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  • Still setting up all the links; please bear with us as we fix all this up
  • The Altabet Family Haggadah - This project began after Passover of  2001 when my son, Ed, suggested offhandedly that with our unique traditions and frequent need to provide multiple texts for any guests to reflect the Turkish tradition that I prepare our own family Haggadah. The availability of Hebrew word processing text for an Ashkenazi version of the Haggadah from Davka made the typing to convert to Sephardi arrangements manageable. The translation is my own update  using several sources,  modernizing language and using idiomatic English wherever possible. The Ladino texts are from our own family tradition and may vary slightly from other versions you have seen.  This is in PDF format with the Hebrew fonts embedded so that anyone can view it even without Hebrew word processing or fonts. You can download the free Acrobat reader at: .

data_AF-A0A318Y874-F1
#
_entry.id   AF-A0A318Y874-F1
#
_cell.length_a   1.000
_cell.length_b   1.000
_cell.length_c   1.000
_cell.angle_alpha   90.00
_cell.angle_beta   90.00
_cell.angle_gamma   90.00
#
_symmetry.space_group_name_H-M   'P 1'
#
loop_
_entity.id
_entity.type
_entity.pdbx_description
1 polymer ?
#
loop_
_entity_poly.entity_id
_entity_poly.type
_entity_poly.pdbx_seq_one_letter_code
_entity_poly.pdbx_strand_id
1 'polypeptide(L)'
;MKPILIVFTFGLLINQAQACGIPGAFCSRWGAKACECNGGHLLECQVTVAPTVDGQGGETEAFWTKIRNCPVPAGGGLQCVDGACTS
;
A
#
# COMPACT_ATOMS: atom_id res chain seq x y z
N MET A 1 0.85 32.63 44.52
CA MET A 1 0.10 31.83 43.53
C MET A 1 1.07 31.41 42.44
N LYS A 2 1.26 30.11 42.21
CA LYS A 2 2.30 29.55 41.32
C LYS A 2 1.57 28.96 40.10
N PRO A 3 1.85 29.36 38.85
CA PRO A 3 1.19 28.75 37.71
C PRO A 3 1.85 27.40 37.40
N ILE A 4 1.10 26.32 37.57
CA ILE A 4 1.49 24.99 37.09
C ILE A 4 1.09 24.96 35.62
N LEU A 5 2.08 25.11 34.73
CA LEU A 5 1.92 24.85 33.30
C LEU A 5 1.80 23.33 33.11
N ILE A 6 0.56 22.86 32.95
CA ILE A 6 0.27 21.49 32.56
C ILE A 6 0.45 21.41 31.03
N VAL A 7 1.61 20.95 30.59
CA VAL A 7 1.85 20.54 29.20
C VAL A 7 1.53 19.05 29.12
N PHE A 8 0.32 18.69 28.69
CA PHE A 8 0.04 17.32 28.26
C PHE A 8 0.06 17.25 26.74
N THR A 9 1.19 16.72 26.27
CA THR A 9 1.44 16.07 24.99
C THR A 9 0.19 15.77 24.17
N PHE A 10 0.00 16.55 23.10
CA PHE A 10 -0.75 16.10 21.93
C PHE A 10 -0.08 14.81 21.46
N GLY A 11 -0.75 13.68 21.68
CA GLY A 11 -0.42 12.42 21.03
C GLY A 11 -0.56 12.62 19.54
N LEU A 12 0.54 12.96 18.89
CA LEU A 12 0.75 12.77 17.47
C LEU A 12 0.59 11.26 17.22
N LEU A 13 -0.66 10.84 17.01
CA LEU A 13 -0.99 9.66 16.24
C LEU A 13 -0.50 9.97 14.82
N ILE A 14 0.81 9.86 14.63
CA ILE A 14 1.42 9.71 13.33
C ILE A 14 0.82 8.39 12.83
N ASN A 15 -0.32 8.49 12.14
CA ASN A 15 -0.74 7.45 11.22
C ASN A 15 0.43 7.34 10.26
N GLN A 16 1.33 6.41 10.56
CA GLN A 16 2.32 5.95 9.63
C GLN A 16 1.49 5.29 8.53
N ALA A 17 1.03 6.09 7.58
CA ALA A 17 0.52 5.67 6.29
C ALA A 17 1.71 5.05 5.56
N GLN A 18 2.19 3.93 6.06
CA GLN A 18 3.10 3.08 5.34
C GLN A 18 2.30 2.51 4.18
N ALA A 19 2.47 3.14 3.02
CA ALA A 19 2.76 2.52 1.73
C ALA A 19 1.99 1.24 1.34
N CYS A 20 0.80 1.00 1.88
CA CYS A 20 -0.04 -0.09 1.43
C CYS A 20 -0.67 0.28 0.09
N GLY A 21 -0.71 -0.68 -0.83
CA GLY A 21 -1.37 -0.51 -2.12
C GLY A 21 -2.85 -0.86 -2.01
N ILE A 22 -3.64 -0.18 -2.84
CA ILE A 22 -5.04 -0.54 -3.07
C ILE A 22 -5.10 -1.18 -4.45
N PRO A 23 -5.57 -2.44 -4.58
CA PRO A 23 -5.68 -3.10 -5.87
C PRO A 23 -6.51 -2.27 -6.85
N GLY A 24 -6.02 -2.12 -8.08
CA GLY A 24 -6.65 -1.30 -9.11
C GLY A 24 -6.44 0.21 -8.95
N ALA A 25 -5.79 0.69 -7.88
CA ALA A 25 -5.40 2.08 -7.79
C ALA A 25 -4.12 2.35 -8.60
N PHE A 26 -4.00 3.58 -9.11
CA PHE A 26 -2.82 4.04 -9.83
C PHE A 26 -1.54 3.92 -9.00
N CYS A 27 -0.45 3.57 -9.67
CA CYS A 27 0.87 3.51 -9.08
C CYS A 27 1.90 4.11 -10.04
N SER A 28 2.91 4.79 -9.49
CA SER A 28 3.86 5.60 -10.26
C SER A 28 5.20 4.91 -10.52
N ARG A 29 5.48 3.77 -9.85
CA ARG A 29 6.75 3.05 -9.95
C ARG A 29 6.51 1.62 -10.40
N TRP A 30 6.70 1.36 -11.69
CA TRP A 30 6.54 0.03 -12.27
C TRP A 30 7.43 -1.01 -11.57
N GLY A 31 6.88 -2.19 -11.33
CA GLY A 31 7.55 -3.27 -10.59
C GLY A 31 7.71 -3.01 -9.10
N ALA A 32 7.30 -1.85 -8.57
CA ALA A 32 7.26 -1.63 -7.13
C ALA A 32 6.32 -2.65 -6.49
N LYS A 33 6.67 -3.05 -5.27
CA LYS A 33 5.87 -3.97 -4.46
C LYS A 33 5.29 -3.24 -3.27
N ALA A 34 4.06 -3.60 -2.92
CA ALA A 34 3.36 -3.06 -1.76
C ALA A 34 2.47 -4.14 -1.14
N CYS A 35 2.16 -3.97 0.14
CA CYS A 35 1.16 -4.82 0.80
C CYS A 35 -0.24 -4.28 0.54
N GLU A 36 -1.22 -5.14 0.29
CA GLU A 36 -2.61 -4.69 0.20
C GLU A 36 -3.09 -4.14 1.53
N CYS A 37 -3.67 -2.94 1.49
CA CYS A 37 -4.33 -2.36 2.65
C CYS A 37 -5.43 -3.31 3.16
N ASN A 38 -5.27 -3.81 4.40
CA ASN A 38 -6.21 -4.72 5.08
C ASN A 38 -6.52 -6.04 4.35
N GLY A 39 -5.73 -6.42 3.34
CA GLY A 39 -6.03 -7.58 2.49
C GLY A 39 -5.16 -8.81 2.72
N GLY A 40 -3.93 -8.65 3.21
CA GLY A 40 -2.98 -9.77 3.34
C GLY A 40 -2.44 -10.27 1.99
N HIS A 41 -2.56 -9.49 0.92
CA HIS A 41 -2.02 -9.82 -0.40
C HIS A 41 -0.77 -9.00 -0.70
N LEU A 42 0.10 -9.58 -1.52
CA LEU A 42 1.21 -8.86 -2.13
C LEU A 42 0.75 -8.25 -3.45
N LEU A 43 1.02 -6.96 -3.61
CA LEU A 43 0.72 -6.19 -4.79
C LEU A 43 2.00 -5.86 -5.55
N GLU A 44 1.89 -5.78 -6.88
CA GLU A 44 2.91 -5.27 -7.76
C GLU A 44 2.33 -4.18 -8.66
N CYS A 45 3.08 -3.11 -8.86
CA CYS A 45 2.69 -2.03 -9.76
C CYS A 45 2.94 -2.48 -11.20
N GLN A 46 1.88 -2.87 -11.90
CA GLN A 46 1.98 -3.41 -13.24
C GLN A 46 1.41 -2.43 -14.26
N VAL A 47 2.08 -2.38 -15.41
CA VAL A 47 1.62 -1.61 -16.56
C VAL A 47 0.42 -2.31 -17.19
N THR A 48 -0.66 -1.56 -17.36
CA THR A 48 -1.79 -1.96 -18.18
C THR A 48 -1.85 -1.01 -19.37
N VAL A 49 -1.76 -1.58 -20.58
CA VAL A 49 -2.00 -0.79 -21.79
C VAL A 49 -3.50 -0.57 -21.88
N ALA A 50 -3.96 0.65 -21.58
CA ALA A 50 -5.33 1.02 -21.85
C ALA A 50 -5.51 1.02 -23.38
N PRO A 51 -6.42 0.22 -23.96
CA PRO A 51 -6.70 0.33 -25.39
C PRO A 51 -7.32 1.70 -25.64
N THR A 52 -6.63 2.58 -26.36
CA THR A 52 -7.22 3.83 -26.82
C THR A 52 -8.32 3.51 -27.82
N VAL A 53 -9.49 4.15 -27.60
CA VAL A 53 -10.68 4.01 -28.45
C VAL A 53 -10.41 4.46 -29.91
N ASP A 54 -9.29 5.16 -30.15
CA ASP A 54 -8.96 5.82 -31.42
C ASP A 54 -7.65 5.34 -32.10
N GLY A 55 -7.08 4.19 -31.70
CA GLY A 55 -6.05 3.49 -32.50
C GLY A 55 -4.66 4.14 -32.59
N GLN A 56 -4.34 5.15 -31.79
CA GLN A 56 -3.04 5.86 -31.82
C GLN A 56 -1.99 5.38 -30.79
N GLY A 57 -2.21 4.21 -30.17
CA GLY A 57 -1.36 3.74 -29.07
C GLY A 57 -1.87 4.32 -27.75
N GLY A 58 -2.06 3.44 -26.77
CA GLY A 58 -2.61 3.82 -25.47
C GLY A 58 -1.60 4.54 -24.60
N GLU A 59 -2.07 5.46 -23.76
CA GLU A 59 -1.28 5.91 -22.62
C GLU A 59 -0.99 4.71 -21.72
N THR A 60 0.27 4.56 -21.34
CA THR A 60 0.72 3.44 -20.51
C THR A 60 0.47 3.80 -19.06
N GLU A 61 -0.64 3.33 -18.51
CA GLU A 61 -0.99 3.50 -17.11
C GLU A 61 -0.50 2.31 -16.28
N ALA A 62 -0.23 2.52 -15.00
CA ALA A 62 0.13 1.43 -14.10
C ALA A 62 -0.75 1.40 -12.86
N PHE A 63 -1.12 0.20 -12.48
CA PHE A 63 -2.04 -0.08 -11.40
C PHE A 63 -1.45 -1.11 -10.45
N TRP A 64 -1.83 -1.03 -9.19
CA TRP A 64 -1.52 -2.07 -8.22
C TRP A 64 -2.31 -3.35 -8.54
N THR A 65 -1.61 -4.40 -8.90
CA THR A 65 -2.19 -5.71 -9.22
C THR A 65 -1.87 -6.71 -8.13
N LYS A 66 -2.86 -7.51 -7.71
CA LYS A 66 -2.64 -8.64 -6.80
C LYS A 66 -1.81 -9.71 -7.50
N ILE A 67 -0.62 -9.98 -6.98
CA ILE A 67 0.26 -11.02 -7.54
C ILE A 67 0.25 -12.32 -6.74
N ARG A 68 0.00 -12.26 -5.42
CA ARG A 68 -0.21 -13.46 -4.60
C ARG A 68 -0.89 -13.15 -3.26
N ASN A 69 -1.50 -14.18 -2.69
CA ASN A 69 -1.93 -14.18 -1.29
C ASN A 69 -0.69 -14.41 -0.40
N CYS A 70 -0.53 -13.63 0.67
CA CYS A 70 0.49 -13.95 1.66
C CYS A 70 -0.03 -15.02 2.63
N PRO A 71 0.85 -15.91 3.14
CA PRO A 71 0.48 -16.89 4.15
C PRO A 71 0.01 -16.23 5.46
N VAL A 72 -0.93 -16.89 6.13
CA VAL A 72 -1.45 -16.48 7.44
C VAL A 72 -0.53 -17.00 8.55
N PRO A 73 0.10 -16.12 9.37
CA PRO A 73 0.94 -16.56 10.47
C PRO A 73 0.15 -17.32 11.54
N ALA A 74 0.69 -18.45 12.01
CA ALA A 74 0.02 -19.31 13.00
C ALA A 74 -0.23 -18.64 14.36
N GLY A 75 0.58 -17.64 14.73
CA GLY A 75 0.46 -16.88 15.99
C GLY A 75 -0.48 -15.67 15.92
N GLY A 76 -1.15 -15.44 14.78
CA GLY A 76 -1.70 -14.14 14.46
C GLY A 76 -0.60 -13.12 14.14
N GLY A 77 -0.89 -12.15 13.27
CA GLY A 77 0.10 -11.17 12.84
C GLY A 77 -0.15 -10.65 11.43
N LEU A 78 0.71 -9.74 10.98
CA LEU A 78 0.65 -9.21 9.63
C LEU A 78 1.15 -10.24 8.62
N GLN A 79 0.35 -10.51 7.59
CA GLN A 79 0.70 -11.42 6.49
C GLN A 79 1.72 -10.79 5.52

• Haggadah
  • Ladino Passover Songs- While these are contained in our Haggadah this way you can easily copy them if you like.
    • Who Knows One (Quien Supiense) (an MP3 is now on this page)
    • Had Gadya (Un Cavritico)
    • Moshe Salyo De Mitzraim
    • Purim, Purim Lanu - Really a song for the end of Purim, but about Passover coming in one month.
    • Ladino Song Database - Listen to streaming audio of the first 3 of these songs and many others Ladino songs as well. You can also find many songs from all other traditions at this Passover Song Database.
  • Passover Recipes - Several wonderful recipes for Passover including the horoseth recipe that everyone raves about. Interestingly, our is the one labeled Baghdad rather than Turkey. We were always surprised that our Gabay recipe was different from the other Turks we knew, even those from Izmir, but Grandma had told us that she had one set of great grandparents from Baghdad, so somehow  their influence lives on.
    • Passover Recipes
  • Birkat A'Ilanot- This is a lovely Sephardi custom that probably got dropped from Ashkenazi practice only because fruit trees bloomed much too late in the northern European climates they lived in. Even in the Northern United States, it can be problematical depending on the way the calendar works, but for you folks in the South, this is your opportunity to reclaim a tradition
    • Birkat A'Ilanot
© R. Altabet, 2003-2018